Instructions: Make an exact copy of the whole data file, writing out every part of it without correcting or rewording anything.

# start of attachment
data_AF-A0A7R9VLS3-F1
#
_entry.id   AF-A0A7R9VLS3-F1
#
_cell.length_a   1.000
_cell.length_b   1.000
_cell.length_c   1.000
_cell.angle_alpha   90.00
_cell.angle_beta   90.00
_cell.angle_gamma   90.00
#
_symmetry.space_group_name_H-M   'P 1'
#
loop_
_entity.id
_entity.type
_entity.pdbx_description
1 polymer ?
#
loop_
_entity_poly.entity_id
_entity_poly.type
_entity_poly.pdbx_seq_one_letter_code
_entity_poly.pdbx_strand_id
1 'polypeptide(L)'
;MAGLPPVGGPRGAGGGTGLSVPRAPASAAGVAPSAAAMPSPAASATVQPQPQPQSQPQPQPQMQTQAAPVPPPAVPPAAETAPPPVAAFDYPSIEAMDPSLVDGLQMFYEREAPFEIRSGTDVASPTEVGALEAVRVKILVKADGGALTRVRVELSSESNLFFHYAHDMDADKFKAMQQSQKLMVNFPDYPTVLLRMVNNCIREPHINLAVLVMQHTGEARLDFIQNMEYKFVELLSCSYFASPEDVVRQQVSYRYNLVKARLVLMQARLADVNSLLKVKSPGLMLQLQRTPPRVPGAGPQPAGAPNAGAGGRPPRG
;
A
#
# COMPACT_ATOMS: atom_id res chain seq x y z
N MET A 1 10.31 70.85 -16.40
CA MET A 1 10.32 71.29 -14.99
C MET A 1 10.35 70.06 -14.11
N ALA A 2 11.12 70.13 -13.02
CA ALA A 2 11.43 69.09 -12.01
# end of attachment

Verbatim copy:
data_AF-A0A7R9VLS3-F1
#
_entry.id   AF-A0A7R9VLS3-F1
#
_cell.length_a   1.000
_cell.length_b   1.000
_cell.length_c   1.000
_cell.angle_alpha   90.00
_cell.angle_beta   90.00
_cell.angle_gamma   90.00
#
_symmetry.space_group_name_H-M   'P 1'
#
loop_
_entity.id
_entity.type
_entity.pdbx_description
1 polymer ?
#
loop_
_entity_poly.entity_id
_entity_poly.type
_entity_poly.pdbx_seq_one_letter_code
_entity_poly.pdbx_strand_id
1 'polypeptide(L)'
;MAGLPPVGGPRGAGGGTGLSVPRAPASAAGVAPSAAAMPSPAASATVQPQPQPQSQPQPQPQMQTQAAPVPPPAVPPAAETAPPPVAAFDYPSIEAMDPSLVDGLQMFYEREAPFEIRSGTDVASPTEVGALEAVRVKILVKADGGALTRVRVELSSESNLFFHYAHDMDADKFKAMQQSQKLMVNFPDYPTVLLRMVNNCIREPHINLAVLVMQHTGEARLDFIQNMEYKFVELLSCSYFASPEDVVRQQVSYRYNLVKARLVLMQARLADVNSLLKVKSPGLMLQLQRTPPRVPGAGPQPAGAPNAGAGGRPPRG
;
A
#
# COMPACT_ATOMS: atom_id res chain seq x y z
N MET A 1 10.31 70.85 -16.40
CA MET A 1 10.32 71.29 -14.99
C MET A 1 10.35 70.06 -14.11
N ALA A 2 11.12 70.13 -13.02
CA ALA A 2 11.43 69.09 -12.01